Gill’s analysis is ambitious in engaging historical and contemporary literatures across diverse disciplines, but the breadth he achieves is sometimes at the cost of depth. As one example, Gill does not define what he means by “intellectual disability,” which is problematic given how very differently it is conceptualized across the literatures that he is engaging. Gill could have strengthened his argument about the need to integrate the literatures that he covers by further tracing some of the commonalities and differences between the definitions of disability across disciplines. It would have also been helpful to consider how the sexuality of individuals with different types of disabilities has been historically conceptualized and regulated depending on the context (e.g., discipline or population) and type of disability. As another example, there are some methodological details missing, such as a rationale for the texts chosen for analysis. This lack of rationale makes it difficult to evaluate the application of his analysis, as one cannot determine whether the chosen texts are indicative of common examples, or unusual ones across the literatures explored. Finally, in the introduction, Gill argues that his analysis of sexual agency could be extended to consider the experiences of persons with brain injuries or Alzheimer’s disease. However, given his focus on the sexual lives of young individuals who have lived since birth (or early childhood) with a disability and reside in community-based settings, the possibility for such extension is unclear. In particular, attention to the sexual agency of older adults is lacking in his analysis; it is instructive that the only theoretical case study that Gill presents of an older adult’s sexuality is that of a sixty-five-year-old woman living in long-term care who is sexually assaulted by a staff member. In neglecting to consider aging, Gill misses an opportunity for further strengthening coalitional politics between disability rights and elder rights activism.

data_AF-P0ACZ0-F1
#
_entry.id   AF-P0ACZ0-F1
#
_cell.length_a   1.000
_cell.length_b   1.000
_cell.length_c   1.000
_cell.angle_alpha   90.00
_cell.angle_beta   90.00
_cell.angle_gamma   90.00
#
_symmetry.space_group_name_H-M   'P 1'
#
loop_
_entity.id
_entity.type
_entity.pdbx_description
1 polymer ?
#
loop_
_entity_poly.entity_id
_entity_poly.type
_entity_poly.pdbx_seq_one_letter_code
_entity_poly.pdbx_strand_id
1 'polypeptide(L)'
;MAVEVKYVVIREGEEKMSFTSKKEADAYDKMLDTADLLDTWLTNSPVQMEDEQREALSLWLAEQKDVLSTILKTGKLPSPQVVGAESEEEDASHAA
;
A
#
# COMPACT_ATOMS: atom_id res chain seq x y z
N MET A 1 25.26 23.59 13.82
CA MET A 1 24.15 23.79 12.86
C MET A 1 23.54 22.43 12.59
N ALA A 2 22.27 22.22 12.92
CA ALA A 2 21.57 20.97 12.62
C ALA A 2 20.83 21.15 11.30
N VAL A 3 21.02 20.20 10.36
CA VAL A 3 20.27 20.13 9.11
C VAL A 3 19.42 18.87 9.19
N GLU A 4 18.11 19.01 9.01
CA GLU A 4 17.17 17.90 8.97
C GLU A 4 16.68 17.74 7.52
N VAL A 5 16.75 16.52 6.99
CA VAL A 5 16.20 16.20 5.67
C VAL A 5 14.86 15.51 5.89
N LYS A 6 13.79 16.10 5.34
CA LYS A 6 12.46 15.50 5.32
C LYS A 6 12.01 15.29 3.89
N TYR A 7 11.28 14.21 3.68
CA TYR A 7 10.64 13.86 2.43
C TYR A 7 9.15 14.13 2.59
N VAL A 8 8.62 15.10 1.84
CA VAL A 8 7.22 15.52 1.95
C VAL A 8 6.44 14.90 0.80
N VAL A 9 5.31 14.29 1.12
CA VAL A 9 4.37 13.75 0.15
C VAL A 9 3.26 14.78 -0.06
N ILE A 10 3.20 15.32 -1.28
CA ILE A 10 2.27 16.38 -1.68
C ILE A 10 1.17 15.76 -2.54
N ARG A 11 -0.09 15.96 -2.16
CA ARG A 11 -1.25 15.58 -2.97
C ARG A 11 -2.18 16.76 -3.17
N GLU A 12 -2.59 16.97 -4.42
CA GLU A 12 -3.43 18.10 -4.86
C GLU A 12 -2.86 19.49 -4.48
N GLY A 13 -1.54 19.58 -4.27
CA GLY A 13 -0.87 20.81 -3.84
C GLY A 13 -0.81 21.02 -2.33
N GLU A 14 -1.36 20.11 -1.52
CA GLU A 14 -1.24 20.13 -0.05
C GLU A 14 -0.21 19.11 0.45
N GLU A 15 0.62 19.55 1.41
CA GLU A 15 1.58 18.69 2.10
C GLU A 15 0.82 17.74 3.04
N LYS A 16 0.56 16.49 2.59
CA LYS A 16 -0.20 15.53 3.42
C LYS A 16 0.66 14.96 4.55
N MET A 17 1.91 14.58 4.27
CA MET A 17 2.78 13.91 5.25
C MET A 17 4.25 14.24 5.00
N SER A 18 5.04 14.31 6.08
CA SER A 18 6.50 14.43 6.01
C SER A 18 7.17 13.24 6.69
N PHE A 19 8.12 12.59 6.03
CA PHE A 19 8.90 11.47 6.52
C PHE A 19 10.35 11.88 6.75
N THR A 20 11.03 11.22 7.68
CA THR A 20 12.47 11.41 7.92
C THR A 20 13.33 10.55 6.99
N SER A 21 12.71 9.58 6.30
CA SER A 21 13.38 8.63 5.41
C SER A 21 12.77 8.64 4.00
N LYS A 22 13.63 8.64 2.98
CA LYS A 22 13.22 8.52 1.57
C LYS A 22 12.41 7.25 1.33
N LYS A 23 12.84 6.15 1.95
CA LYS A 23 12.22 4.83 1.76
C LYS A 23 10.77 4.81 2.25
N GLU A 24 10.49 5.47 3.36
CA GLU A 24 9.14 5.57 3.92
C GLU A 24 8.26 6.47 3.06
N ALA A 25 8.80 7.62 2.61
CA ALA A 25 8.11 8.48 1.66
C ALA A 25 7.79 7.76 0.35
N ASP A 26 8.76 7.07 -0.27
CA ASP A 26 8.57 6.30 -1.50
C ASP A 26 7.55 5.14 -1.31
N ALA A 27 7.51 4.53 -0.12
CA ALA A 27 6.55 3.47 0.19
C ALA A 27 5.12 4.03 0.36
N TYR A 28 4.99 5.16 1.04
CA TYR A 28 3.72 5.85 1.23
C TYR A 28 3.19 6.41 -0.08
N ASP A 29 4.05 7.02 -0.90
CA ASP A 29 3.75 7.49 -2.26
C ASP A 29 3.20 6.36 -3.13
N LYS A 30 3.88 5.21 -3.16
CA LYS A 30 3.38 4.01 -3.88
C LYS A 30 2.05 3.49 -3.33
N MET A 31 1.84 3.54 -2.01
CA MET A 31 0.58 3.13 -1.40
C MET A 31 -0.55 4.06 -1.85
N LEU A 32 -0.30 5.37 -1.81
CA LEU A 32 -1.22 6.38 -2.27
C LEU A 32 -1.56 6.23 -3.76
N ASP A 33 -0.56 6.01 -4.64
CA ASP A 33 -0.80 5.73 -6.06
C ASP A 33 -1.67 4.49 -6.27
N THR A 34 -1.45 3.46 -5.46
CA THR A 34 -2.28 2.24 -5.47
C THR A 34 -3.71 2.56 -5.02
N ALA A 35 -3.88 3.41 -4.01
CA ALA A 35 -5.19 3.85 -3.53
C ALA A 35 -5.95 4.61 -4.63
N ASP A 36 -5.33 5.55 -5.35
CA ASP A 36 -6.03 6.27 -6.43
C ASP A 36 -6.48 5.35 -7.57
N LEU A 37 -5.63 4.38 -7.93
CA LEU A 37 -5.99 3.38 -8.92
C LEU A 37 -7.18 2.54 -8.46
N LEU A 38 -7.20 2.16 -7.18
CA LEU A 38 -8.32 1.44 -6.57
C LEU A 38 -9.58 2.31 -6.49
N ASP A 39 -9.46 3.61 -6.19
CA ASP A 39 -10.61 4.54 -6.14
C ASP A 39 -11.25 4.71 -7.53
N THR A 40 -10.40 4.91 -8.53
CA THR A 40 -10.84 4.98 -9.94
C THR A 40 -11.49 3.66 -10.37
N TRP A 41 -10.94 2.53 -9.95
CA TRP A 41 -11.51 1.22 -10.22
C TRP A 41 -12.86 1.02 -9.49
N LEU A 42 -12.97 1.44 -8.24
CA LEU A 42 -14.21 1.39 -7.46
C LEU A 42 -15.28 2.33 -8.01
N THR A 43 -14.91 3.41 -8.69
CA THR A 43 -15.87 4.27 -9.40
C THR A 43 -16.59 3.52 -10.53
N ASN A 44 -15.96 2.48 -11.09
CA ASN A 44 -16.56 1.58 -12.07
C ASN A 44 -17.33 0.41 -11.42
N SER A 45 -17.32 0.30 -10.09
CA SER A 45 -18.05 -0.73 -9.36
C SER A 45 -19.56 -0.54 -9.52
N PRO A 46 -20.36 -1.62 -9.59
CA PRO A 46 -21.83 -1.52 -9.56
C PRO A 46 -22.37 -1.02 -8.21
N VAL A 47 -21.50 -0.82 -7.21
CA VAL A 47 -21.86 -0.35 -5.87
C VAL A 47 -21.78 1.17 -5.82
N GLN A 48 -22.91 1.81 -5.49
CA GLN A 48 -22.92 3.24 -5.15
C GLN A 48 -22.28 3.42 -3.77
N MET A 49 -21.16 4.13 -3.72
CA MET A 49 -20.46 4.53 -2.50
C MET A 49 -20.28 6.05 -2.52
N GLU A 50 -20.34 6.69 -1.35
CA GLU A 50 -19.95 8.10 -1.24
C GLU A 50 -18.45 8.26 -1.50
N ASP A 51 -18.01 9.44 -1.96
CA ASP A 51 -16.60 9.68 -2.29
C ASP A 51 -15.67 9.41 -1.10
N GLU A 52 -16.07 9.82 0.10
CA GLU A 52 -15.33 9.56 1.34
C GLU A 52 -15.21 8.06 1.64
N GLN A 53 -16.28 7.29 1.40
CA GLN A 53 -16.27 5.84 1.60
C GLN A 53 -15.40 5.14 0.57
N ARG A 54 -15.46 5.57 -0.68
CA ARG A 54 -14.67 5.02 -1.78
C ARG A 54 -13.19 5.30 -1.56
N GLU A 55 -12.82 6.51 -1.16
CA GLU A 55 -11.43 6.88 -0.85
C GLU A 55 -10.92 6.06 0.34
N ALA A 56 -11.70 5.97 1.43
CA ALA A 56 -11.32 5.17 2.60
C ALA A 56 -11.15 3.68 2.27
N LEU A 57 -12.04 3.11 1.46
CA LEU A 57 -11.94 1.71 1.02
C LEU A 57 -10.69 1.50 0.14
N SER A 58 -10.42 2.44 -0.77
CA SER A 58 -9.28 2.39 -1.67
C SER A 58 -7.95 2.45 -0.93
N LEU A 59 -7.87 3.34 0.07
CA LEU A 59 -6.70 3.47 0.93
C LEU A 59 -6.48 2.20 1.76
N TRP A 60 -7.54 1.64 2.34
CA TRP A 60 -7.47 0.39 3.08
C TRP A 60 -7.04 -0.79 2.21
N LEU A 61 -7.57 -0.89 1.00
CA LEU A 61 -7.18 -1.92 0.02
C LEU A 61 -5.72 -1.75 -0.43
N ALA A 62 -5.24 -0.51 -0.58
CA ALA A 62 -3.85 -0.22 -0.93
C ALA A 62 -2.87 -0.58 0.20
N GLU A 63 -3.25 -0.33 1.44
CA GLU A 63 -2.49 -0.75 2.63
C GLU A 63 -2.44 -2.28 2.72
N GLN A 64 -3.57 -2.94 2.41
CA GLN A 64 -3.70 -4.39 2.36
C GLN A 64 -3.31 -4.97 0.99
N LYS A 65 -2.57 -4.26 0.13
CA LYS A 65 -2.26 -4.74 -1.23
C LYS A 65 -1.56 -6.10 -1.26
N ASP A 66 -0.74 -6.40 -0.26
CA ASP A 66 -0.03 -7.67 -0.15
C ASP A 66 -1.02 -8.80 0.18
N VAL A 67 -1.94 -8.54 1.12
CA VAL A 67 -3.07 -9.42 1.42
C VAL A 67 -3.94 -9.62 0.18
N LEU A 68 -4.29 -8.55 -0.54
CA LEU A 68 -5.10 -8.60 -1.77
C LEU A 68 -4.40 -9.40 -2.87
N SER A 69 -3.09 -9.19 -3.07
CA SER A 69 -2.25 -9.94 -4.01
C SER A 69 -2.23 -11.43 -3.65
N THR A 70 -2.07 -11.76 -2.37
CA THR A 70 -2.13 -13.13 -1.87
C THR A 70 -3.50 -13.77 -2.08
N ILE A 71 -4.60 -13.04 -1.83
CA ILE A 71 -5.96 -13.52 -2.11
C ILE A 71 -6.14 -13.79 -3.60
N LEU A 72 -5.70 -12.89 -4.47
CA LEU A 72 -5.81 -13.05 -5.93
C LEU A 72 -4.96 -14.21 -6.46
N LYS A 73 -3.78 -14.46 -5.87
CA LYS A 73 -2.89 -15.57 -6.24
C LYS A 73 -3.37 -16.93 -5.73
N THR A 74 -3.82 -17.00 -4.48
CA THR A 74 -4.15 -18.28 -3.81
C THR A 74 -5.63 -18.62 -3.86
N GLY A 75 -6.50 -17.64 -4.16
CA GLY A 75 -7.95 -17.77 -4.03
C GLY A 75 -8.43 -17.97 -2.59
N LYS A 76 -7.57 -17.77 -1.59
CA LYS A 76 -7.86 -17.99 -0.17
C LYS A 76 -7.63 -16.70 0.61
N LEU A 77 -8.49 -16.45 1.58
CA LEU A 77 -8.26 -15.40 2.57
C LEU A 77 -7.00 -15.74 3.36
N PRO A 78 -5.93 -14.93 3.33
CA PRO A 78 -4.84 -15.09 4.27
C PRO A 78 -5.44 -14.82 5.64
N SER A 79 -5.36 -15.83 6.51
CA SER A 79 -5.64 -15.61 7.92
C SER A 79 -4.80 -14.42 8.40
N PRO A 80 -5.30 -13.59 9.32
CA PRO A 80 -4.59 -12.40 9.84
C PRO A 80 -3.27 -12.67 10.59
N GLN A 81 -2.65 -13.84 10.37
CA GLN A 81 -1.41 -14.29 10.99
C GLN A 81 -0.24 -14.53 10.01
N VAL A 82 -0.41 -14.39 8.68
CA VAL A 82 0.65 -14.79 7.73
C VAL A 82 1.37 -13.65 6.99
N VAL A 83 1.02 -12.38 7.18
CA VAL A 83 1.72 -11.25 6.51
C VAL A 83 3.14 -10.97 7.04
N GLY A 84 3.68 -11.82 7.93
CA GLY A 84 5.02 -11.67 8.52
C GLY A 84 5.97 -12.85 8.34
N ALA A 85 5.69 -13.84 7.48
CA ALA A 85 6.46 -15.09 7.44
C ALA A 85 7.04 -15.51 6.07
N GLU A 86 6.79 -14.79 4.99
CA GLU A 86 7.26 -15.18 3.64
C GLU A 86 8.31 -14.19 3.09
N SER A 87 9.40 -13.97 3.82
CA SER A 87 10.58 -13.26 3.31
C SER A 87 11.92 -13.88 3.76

Notwithstanding these issues, Already Doing It offers a critical and much-needed contribution to citizenship studies by redressing the limited attention given to disability by the sexual citizenship literature. Gill’s interdisciplinary theoretical approach would be useful for any scholars of citizenship in considering how sexuality and disability can productively expand the category of citizen. It does more than fill a gap in citizenship studies, however; it also contributes to critical disability studies by foregrounding the agency of persons with “non-physical” disabilities and considering their reproductive and sexual self-determination rights. To this end, Gill makes it possible to imagine how we can create alternative narratives of disabled sexuality that produce “less ableist futures” (p. 193).
If there is additional discussion of this review, you may access it through the network, at: https://networks.h-net.org/h-citizenship.
Alisa Grigorovich. Review of Gill, Michael, Already Doing It: Intellectual Disability and Sexual Agency.
H-Citizenship, H-Net Reviews.